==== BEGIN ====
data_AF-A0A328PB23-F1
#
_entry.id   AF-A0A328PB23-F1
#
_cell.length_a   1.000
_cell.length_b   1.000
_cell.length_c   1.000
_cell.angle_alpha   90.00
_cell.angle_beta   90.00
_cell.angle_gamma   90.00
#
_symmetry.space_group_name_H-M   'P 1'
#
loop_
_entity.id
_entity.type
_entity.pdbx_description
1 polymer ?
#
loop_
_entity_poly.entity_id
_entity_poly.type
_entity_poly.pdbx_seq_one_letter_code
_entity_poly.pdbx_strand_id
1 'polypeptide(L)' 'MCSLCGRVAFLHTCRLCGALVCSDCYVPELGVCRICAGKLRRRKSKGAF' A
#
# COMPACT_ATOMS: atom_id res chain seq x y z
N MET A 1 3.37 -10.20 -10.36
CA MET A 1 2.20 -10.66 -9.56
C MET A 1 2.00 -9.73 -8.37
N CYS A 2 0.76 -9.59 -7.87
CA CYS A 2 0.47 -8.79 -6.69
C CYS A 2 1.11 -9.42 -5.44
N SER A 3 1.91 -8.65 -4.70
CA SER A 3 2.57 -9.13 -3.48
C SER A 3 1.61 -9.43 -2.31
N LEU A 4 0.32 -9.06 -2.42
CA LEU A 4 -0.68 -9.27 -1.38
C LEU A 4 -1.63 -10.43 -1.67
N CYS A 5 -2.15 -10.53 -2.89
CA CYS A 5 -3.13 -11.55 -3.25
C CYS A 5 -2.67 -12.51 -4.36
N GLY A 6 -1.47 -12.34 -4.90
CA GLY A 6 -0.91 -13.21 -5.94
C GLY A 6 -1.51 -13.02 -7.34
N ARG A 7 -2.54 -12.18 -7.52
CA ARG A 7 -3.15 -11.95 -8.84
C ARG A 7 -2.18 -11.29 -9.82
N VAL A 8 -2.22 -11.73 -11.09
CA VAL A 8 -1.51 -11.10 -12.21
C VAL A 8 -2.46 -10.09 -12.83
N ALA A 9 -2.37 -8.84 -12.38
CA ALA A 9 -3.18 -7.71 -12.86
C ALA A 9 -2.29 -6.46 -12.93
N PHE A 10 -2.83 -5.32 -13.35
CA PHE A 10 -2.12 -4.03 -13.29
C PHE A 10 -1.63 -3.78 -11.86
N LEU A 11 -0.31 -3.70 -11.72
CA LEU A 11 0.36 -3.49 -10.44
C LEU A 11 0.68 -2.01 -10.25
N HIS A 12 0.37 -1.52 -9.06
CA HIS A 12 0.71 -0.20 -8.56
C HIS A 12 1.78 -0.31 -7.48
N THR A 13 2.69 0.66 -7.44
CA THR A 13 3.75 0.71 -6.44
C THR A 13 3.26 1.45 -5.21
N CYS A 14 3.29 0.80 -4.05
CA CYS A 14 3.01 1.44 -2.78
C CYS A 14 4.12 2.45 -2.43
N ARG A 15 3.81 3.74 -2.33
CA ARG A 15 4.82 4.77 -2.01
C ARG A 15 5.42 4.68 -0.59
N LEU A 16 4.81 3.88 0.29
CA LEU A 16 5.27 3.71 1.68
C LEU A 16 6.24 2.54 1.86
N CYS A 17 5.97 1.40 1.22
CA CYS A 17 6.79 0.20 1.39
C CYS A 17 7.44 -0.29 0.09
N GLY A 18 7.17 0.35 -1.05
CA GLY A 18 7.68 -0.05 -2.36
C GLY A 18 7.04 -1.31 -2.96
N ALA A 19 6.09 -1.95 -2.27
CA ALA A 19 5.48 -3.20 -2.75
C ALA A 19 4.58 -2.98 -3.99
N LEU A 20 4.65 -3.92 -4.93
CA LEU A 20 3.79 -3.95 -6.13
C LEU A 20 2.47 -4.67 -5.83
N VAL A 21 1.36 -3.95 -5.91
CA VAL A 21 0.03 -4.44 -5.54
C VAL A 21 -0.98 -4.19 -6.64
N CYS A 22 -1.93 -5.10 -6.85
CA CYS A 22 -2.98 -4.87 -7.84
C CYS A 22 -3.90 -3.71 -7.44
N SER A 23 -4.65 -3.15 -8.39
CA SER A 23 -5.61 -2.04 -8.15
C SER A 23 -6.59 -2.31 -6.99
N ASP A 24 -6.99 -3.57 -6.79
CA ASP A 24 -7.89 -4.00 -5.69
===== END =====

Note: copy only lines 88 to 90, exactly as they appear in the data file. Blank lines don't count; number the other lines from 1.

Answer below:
N VAL A 21 1.36 -3.95 -5.91
CA VAL A 21 0.03 -4.44 -5.54
C VAL A 21 -0.98 -4.19 -6.64